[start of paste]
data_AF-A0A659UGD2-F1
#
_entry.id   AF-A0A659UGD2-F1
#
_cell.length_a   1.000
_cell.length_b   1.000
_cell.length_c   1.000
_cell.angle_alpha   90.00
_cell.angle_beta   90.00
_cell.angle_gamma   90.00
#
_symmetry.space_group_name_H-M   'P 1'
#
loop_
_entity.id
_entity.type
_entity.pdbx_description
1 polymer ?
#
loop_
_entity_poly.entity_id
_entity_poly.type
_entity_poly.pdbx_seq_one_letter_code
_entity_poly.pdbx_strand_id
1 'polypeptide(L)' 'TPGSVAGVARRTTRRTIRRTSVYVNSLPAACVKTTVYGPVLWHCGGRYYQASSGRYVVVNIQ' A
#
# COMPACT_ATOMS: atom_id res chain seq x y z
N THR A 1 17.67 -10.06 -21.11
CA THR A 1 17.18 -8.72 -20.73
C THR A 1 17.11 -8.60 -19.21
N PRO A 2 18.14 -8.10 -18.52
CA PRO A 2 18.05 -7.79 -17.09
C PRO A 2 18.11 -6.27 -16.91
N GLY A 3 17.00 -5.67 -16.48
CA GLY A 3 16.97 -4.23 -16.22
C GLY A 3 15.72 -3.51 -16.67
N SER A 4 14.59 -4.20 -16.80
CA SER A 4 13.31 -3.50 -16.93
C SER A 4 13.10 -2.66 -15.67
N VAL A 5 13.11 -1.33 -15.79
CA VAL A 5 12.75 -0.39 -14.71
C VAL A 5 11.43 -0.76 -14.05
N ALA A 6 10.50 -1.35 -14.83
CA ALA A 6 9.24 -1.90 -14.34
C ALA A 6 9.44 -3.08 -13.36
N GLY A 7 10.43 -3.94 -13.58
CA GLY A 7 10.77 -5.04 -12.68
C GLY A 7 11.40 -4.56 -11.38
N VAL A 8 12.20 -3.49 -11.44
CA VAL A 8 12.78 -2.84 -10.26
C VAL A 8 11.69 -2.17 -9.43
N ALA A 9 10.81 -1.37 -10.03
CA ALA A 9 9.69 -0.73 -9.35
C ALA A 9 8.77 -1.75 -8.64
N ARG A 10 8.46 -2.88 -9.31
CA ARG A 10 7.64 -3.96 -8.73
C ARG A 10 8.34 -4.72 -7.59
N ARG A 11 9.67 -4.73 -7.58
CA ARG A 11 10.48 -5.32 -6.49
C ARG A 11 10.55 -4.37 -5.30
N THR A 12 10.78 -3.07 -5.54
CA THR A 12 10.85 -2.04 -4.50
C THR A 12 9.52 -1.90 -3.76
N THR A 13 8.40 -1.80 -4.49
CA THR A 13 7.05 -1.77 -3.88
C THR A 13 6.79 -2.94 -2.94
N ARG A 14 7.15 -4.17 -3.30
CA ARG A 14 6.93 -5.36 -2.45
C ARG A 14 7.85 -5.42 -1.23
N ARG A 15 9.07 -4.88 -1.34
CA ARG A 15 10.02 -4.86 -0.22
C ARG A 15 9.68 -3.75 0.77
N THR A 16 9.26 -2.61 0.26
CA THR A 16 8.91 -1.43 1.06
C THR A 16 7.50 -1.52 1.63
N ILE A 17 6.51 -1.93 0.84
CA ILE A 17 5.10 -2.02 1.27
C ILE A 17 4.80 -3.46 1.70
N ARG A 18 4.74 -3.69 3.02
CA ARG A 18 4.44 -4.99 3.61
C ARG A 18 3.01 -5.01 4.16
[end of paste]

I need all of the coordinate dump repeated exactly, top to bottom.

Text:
data_AF-A0A659UGD2-F1
#
_entry.id   AF-A0A659UGD2-F1
#
_cell.length_a   1.000
_cell.length_b   1.000
_cell.length_c   1.000
_cell.angle_alpha   90.00
_cell.angle_beta   90.00
_cell.angle_gamma   90.00
#
_symmetry.space_group_name_H-M   'P 1'
#
loop_
_entity.id
_entity.type
_entity.pdbx_description
1 polymer ?
#
loop_
_entity_poly.entity_id
_entity_poly.type
_entity_poly.pdbx_seq_one_letter_code
_entity_poly.pdbx_strand_id
1 'polypeptide(L)' 'TPGSVAGVARRTTRRTIRRTSVYVNSLPAACVKTTVYGPVLWHCGGRYYQASSGRYVVVNIQ' A
#
# COMPACT_ATOMS: atom_id res chain seq x y z
N THR A 1 17.67 -10.06 -21.11
CA THR A 1 17.18 -8.72 -20.73
C THR A 1 17.11 -8.60 -19.21
N PRO A 2 18.14 -8.10 -18.52
CA PRO A 2 18.05 -7.79 -17.09
C PRO A 2 18.11 -6.27 -16.91
N GLY A 3 17.00 -5.67 -16.48
CA GLY A 3 16.97 -4.23 -16.22
C GLY A 3 15.72 -3.51 -16.67
N SER A 4 14.59 -4.20 -16.80
CA SER A 4 13.31 -3.50 -16.93
C SER A 4 13.10 -2.66 -15.67
N VAL A 5 13.11 -1.33 -15.79
CA VAL A 5 12.75 -0.39 -14.71
C VAL A 5 11.43 -0.76 -14.05
N ALA A 6 10.50 -1.35 -14.83
CA ALA A 6 9.24 -1.90 -14.34
C ALA A 6 9.44 -3.08 -13.36
N GLY A 7 10.43 -3.94 -13.58
CA GLY A 7 10.77 -5.04 -12.68
C GLY A 7 11.40 -4.56 -11.38
N VAL A 8 12.20 -3.49 -11.44
CA VAL A 8 12.78 -2.84 -10.26
C VAL A 8 11.69 -2.17 -9.43
N ALA A 9 10.81 -1.37 -10.03
CA ALA A 9 9.69 -0.73 -9.35
C ALA A 9 8.77 -1.75 -8.64
N ARG A 10 8.46 -2.88 -9.31
CA ARG A 10 7.64 -3.96 -8.73
C ARG A 10 8.34 -4.72 -7.59
N ARG A 11 9.67 -4.73 -7.58
CA ARG A 11 10.48 -5.32 -6.49
C ARG A 11 10.55 -4.37 -5.30
N THR A 12 10.78 -3.07 -5.54
CA THR A 12 10.85 -2.04 -4.50
C THR A 12 9.52 -1.90 -3.76
N THR A 13 8.40 -1.80 -4.49
CA THR A 13 7.05 -1.77 -3.88
C THR A 13 6.79 -2.94 -2.94
N ARG A 14 7.15 -4.17 -3.30
CA ARG A 14 6.93 -5.36 -2.45
C ARG A 14 7.85 -5.42 -1.23
N ARG A 15 9.07 -4.88 -1.34
CA ARG A 15 10.02 -4.86 -0.22
C ARG A 15 9.68 -3.75 0.77
N THR A 16 9.26 -2.61 0.26
CA THR A 16 8.91 -1.43 1.06
C THR A 16 7.50 -1.52 1.63
N ILE A 17 6.51 -1.93 0.84
CA ILE A 17 5.10 -2.02 1.27
C ILE A 17 4.80 -3.46 1.70
N ARG A 18 4.74 -3.69 3.02
CA ARG A 18 4.44 -4.99 3.61
C ARG A 18 3.01 -5.01 4.16